We are fortunate in the southeastern U.S. to have energy sources that are built to withstand the incredible forces of natural disasters like hurricanes: nuclear power plants.
One of the unique aspects of commercial nuclear power in the U.S., is the regulatory role of the Nuclear Regulatory Commission (NRC) and its resident inspectors.
We can print almost anything with a 3-D printer: food, cars, nuclear plant parts. The Oconee Nuclear Station team is rethinking the way they train workers – and perform maintenance – using 3-D print technology.
Much has changed since the last Pacific-to-Atlantic total solar eclipse across the U.S in June 1918 – including our energy mix.
As summer ends for our nuclear interns, we asked them to reflect on their experience at Duke Energy.
How do advocacy, education and technology work together to advance the message of nuclear energy? Well, there’s an app for that.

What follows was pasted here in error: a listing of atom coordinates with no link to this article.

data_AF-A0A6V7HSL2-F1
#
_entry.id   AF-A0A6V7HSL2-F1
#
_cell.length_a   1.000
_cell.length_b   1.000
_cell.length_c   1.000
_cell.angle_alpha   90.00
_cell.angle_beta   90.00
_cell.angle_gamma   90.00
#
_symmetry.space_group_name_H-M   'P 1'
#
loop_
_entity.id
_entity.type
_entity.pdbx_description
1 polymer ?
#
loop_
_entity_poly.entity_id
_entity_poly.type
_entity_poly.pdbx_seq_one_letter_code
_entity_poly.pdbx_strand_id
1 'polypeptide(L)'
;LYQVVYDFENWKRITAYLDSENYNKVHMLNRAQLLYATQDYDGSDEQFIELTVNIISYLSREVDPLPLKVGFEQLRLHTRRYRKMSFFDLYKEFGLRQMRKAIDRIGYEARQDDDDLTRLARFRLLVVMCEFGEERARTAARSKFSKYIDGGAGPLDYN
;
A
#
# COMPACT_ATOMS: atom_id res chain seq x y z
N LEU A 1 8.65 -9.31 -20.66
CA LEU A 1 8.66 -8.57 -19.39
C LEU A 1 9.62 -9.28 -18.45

This summer, a few of our nuclear interns are writing about their time at Duke Energy. We asked them to reflect on their most interesting experiences as interns so far.
At 8:30 a.m., 20 millennials eagerly awaited instructions from senior reactor operators at McGuire Nuclear Station. After a brief demonstration, several engineers, most of who had never been in a nuclear control room before, assumed their positions at the controls.
While most of the nation’s nuclear fleet was built before 1990, it’s a mistake to label these safe, reliable plants as “aging."
Electricity enables us to do many things but because it is “invisible,” many don’t understand how it is generated, what it costs and how it is delivered to our homes. Throw in terms like “regulated” and “deregulated” and it can be even more confusing.